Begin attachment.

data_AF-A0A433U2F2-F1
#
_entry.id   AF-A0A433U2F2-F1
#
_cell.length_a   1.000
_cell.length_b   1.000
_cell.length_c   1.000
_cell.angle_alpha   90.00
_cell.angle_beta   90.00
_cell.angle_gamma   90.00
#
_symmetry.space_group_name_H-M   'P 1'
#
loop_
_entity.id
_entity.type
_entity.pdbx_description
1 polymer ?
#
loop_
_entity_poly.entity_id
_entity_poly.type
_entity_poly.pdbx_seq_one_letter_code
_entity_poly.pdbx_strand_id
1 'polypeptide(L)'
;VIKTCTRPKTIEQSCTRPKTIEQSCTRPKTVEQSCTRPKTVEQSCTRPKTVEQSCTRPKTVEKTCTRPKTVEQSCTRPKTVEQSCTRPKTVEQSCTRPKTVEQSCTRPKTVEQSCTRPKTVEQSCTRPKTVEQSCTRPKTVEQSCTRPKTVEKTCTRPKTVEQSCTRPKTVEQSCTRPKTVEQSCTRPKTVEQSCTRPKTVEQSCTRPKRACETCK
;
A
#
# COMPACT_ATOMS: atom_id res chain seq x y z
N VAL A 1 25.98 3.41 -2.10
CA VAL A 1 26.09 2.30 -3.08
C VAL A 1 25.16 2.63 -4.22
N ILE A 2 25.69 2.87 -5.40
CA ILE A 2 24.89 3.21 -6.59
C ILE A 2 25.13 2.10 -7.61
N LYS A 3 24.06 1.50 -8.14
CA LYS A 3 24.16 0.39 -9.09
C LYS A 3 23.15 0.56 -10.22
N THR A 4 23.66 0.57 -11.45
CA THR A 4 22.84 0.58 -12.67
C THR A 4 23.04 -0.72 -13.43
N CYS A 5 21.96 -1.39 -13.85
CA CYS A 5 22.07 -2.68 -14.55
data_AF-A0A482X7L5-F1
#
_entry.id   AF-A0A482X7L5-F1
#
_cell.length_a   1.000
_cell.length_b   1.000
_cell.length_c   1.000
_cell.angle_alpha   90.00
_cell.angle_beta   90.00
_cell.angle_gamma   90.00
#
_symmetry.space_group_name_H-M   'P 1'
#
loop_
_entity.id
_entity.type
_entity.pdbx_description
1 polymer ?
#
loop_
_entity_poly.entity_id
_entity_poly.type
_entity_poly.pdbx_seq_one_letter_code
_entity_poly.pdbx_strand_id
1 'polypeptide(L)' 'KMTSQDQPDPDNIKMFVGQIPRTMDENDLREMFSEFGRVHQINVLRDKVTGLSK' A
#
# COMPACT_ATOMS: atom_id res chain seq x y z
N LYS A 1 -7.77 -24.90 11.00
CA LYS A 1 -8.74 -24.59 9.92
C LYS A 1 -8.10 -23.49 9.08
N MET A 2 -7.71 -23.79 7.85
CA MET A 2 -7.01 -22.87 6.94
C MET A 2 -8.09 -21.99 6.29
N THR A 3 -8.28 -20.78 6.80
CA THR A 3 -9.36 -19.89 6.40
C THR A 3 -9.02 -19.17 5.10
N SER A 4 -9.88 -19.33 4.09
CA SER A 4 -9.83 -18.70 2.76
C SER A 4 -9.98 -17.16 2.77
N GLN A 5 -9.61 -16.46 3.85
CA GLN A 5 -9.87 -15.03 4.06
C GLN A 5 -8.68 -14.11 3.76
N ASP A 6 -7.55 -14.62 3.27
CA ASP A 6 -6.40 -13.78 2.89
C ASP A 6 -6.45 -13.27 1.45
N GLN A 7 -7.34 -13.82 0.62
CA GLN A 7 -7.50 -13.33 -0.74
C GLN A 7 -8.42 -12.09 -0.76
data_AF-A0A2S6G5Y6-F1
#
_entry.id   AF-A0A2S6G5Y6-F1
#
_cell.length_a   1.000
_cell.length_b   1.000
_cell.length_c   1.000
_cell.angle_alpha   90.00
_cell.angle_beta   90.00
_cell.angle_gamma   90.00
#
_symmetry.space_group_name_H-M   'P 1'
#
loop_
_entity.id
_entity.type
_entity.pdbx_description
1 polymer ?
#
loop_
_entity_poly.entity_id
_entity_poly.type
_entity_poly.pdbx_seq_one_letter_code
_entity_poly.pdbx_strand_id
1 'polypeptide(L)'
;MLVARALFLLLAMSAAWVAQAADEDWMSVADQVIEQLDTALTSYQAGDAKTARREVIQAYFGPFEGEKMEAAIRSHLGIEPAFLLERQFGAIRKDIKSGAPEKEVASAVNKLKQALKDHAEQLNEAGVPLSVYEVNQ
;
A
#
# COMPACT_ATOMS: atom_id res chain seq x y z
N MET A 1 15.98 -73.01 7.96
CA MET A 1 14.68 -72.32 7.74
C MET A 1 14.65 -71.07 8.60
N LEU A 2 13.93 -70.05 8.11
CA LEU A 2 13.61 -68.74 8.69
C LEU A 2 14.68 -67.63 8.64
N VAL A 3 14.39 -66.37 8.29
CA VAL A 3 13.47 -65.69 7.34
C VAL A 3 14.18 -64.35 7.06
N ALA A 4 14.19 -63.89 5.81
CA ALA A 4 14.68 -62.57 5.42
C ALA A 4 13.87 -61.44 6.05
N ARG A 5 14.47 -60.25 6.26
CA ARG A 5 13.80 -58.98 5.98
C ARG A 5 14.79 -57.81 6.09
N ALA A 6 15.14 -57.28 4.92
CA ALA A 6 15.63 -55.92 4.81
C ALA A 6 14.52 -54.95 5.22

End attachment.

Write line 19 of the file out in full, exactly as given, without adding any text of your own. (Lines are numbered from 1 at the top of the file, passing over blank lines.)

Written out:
#